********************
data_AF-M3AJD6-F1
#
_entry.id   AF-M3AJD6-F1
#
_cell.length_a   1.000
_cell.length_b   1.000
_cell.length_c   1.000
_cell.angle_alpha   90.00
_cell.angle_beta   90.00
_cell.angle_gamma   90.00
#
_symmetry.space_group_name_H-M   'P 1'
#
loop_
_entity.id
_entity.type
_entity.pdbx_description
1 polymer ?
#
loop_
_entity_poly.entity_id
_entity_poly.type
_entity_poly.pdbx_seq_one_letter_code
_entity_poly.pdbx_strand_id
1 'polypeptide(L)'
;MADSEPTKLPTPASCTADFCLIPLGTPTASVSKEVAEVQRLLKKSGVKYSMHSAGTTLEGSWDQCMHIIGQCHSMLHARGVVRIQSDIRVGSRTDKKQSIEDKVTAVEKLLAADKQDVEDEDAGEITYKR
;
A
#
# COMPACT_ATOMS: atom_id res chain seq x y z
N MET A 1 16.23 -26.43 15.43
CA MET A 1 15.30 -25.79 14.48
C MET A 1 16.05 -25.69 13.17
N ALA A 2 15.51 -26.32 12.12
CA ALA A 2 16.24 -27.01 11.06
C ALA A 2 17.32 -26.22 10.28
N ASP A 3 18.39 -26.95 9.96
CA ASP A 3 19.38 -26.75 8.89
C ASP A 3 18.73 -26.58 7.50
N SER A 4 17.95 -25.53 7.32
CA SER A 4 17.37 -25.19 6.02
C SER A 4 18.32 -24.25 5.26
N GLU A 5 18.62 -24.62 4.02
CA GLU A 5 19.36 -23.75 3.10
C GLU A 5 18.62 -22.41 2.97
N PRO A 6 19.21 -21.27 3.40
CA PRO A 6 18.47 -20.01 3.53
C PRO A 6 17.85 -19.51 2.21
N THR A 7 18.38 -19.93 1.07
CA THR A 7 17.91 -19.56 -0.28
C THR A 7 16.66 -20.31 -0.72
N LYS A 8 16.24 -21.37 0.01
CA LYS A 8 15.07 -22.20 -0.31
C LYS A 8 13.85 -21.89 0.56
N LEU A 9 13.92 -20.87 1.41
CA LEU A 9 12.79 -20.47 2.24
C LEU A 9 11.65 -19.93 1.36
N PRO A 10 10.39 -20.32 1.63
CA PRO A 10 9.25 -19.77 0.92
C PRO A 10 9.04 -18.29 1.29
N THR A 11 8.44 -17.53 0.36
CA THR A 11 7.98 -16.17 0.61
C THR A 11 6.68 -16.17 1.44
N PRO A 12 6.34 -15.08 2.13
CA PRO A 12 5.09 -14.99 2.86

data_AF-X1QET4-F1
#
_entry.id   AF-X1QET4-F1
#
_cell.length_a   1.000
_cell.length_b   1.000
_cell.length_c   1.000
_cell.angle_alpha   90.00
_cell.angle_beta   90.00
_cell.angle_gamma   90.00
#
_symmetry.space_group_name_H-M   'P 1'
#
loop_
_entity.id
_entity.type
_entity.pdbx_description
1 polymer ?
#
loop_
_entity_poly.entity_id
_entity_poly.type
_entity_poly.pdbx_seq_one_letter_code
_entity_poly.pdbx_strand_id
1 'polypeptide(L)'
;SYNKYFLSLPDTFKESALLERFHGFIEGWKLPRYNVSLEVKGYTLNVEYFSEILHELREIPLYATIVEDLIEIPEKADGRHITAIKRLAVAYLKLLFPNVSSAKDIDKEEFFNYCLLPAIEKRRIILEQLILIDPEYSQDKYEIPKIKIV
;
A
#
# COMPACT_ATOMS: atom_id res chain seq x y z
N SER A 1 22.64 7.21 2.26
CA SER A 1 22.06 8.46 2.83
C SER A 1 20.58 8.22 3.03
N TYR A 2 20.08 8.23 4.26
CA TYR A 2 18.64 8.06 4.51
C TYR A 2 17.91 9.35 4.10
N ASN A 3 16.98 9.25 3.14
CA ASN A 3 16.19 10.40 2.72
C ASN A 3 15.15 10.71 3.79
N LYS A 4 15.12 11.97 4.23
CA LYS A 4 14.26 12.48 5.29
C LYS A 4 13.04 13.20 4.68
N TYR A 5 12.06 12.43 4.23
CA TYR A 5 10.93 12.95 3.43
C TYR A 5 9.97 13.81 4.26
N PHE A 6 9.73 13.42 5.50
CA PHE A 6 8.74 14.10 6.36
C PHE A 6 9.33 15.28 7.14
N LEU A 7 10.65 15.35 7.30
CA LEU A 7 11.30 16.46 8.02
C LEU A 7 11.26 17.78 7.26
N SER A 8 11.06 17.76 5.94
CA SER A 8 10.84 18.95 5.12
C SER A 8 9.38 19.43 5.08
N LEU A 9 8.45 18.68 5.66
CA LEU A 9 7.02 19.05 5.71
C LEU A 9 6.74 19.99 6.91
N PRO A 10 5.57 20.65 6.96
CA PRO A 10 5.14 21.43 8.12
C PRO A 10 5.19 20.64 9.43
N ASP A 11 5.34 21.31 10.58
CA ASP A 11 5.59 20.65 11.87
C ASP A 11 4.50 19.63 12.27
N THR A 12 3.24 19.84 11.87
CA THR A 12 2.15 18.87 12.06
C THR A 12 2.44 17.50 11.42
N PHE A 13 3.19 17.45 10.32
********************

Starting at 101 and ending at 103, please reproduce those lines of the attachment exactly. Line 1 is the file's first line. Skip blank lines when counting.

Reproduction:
C TYR A 2 17.91 9.35 4.10
N ASN A 3 16.98 9.25 3.14
CA ASN A 3 16.19 10.40 2.72